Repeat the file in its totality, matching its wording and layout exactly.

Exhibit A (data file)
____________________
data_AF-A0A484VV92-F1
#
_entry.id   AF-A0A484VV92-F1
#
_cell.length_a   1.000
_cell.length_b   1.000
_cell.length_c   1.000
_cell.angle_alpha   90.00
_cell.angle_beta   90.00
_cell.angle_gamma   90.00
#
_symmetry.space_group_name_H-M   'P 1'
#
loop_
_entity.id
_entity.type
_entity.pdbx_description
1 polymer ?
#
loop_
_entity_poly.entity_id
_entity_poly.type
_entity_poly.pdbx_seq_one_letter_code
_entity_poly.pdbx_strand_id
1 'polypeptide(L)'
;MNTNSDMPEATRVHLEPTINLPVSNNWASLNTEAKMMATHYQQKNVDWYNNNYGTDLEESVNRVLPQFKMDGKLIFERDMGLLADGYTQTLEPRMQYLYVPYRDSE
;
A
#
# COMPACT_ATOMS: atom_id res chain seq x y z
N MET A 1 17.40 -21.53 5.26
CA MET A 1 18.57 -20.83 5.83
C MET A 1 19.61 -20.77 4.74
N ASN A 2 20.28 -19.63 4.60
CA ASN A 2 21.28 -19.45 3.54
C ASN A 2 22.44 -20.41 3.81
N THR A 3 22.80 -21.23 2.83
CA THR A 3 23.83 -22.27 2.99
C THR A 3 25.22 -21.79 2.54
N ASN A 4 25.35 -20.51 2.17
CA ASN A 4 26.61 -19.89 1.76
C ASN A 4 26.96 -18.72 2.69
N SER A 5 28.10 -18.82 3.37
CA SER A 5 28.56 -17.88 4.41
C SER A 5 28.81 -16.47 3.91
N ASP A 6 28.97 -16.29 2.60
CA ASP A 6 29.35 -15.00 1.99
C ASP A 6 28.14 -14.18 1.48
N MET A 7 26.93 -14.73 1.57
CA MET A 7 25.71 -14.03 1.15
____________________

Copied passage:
data_AF-A0A484VV92-F1
#
_entry.id   AF-A0A484VV92-F1
#
_cell.length_a   1.000
_cell.length_b   1.000
_cell.length_c   1.000
_cell.angle_alpha   90.00
_cell.angle_beta   90.00
_cell.angle_gamma   90.00
#
_symmetry.space_group_name_H-M   'P 1'
#
loop_
_entity.id
_entity.type
_entity.pdbx_description
1 polymer ?
#
loop_
_entity_poly.entity_id
_entity_poly.type
_entity_poly.pdbx_seq_one_letter_code
_entity_poly.pdbx_strand_id
1 'polypeptide(L)'
;MNTNSDMPEATRVHLEPTINLPVSNNWASLNTEAKMMATHYQQKNVDWYNNNYGTDLEESVNRVLPQFKMDGKLIFERDMGLLADGYTQTLEPRMQYLYVPYRDSE
;
A
#
# COMPACT_ATOMS: atom_id res chain seq x y z
N MET A 1 17.40 -21.53 5.26
CA MET A 1 18.57 -20.83 5.83
C MET A 1 19.61 -20.77 4.74
N ASN A 2 20.28 -19.63 4.60
CA ASN A 2 21.28 -19.45 3.54
C ASN A 2 22.44 -20.41 3.81
N THR A 3 22.80 -21.23 2.83
CA THR A 3 23.83 -22.27 2.99
C THR A 3 25.22 -21.79 2.54
N ASN A 4 25.35 -20.51 2.17
CA ASN A 4 26.61 -19.89 1.76
C ASN A 4 26.96 -18.72 2.69
N SER A 5 28.10 -18.82 3.37
CA SER A 5 28.56 -17.88 4.41
C SER A 5 28.81 -16.47 3.91
N ASP A 6 28.97 -16.29 2.60
CA ASP A 6 29.35 -15.00 1.99
C ASP A 6 28.14 -14.18 1.48
N MET A 7 26.93 -14.73 1.57
CA MET A 7 25.71 -14.03 1.15